Wood Floors with Under-Floor Heating

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					                                                                               Contract Floors, April 2005

                            Wood Floors with Under-Floor Heating
When we look at the popularity of under-floor heating in countries like Switzerland and Germany we can
see that the under-floor heating market here is still in its infancy, with demand only looking likely to
increase. This demand has been partly fueled by the popularity of wood, stone, ceramic and laminate.
With increasing demand and so many potential combinations of wood flooring and heating system,
contractors and specifiers are looking for answers regarding compatibility. Will the flooring product
perform well with the heating system, and of concern to the specifier, will the heating system perform
with the flooring?
Hardwood flooring requires of the heating system a suitable maximum temperature, quoted by some
flooring manufactures as 27 C; this is to ensure there is not excessive moisture loss and accompanying
dimensional change. The UFH must also provide an even distribution of heat which allows any
movement in the flooring to occur evenly, and this does vary between systems.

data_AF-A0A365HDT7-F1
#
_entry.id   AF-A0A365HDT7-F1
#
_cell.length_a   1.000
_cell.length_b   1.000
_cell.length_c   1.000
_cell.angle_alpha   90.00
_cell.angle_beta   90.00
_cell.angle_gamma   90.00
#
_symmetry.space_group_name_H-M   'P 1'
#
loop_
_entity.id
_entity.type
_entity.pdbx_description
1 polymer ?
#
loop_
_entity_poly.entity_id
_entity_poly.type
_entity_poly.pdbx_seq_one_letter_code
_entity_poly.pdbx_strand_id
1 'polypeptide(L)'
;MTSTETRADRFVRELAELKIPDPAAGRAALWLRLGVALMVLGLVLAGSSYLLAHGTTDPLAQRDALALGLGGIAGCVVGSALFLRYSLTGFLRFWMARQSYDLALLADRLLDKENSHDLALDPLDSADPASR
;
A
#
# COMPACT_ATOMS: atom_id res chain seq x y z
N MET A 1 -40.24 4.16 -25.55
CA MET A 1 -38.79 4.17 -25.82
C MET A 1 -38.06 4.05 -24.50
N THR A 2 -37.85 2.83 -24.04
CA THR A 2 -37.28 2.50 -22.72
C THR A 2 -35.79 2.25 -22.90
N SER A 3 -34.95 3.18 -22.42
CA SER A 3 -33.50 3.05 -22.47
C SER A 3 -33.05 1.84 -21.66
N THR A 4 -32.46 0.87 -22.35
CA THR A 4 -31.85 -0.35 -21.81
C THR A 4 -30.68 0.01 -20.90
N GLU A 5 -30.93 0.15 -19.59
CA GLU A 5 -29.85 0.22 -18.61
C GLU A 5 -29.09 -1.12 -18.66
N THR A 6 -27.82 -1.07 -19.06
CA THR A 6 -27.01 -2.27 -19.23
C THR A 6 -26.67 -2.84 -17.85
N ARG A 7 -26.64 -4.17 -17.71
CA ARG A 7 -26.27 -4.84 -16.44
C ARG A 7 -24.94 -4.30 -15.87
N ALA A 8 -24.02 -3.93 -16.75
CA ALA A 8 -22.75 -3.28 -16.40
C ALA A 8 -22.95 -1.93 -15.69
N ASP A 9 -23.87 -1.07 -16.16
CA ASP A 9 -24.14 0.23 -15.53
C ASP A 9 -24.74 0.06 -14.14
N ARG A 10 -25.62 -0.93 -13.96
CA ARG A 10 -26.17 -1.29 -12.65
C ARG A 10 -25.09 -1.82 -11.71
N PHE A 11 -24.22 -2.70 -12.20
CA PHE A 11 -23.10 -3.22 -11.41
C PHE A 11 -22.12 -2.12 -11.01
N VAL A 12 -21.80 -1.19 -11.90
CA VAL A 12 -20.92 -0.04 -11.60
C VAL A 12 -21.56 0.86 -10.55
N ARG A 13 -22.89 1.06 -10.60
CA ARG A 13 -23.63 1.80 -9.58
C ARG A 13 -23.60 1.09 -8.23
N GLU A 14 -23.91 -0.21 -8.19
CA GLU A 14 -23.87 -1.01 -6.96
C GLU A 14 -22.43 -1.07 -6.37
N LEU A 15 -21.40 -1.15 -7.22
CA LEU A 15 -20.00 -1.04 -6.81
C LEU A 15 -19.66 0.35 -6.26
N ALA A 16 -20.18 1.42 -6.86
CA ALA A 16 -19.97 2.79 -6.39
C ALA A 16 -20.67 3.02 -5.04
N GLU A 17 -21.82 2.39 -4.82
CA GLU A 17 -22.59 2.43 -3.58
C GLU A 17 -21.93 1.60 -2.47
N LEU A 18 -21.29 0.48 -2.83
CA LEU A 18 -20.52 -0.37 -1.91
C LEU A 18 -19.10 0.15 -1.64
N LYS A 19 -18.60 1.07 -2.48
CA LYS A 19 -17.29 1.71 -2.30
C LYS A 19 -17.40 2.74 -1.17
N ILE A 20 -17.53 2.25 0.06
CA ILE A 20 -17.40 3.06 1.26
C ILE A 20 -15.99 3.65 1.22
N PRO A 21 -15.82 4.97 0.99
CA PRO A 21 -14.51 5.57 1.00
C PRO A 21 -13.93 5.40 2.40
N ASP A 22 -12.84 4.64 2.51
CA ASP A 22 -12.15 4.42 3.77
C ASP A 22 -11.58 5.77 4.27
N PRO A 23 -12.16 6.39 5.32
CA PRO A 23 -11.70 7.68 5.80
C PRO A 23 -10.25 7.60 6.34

What is needed of the flooring to perform well is mainly good stability, which is affected by the product
construction, profile, moisture content, timber specie and product dimensions. Many of the well
manufactured engineered products available can be a good choice, with some manufacturers
recommending fully bonding with flexible adhesive, whilst others prefer floating installation. For large
areas of engineered flooring a fully bonded installation with a flexible adhesive can be a good option, and
is said to have some capacity to restrain movement, whilst avoiding the potential for cumulative
Wood flooring laid over under-floor heating reaches quite a low moisture content depending on floor
temperature and humidity of the environment, and this must be kept in mind when selecting suitable
products. BS 8201: 1987 recommends 6-8% for use with UFH. Many suppliers recommend solid wood
flooring for use with UFH at levels above 8% with some success depending on numerous factors, not
least of all board width and installation method.
When it comes to solids especially, board width plays a significant role in performance and this is
especially so if a product is used with moisture above 8%. If a solid wood product looses moisture and
shrinks, the degree of shrinkage will be relative to the amount of moisture loss and the width of the board.
BS 8201: 1987 recommends a maximum width of 75mm on solid strip flooring with UFH, which is
obviously erring on the side of caution. Some brands of solid flooring in widths over 75mm perform very
well due to low moisture content, good equalization which provides an even moisture content throughout
the board, and in some cases a balancing membrane or finish on the underside of the product.

The product width is also relevant to the stability of the board. The narrower the board the more stable is
will be in terms of staying flat when small changes in moisture content occur. If a very wide board is
needed, a well balanced engineered board installed by fully bonding with flexible adhesive is a safer